Age of social media -Pakistan Press Foundation (PPF)

Paksitan Press Foundtion

Age of social media

Pakistan Press Foundation

IMPASSIONED and often irreverent, there is no denying that social media users have changed the dynamics of public debate in Pakistan, and elevated issues that tend to fall by the wayside. Equally true, with this growing ‘people power’, is that the state has felt its authority threatened and sought to curb the extent to which citizens can practice freedom of expression online. Time and again, the PTA itself has admitted the futility and costliness of attempting to enforce severe internet restrictions. Last week, PTA chairperson Syed Ismail Shah told a parliamentary committee that the regulatory body has no jurisdiction over platforms such as Facebook, Twitter and WhatsApp. He also aptly identified where the responsibility for the effective use of social media lies — with society itself.

This newspaper has repeatedly raised concerns over the broad, vague language of the Prevention of Electronic Crimes Act, 2016 — including Section 34, which affords the PTA sweeping powers to “remove and block” any information it deems improper on virtually any pretext. The PTA appears to understand that this is neither possible given the distributed nature of the internet, nor is it appropriate to enforce a regulation that has no mandate among the general public. Barring obvious criminal offences that do material harm to individuals and the state — harassment, identity theft, money laundering, militant activities, etc — self-regulation is the only form of moderation that can work online. This may not be as neat a prescription as the state desires, but it ought to be recalled how every attempt to codify moral policing in this country’s history has only further eroded the relationship between the people and their government, and harmed the most vulnerable segments of society — the poor, women and minorities. For better or worse, social media mirrors society. To some extent, it is a truer reflection — it provides an equal platform to voices traditionally excluded from homogeneous narratives of who we are and what we represent. This diversity cannot be denied, nor should it be prohibited.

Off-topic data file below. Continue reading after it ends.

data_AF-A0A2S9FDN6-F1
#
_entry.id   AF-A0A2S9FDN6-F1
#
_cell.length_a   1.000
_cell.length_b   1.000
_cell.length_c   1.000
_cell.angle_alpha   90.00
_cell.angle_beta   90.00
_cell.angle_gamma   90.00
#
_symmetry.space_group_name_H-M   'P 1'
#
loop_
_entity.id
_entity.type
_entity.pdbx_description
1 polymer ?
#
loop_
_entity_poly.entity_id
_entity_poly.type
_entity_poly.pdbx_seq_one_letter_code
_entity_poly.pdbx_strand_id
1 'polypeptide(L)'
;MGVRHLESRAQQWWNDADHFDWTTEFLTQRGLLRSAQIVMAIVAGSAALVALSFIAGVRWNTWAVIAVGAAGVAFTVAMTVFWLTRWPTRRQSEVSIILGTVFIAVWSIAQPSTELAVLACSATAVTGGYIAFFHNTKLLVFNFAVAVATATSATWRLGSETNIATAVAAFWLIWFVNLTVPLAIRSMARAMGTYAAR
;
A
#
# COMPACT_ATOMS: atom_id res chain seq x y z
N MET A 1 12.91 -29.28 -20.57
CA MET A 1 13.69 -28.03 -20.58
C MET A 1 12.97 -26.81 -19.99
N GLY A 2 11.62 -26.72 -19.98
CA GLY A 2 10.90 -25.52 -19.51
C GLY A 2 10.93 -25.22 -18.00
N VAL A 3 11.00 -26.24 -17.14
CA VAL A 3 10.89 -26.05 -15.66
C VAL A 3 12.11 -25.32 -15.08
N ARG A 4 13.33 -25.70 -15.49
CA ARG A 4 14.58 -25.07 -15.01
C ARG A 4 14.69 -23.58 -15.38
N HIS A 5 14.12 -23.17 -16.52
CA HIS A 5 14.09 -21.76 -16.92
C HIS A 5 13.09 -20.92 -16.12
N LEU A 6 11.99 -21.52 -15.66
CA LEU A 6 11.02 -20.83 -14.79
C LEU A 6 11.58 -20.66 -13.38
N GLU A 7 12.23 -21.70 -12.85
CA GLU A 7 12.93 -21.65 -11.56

DAWN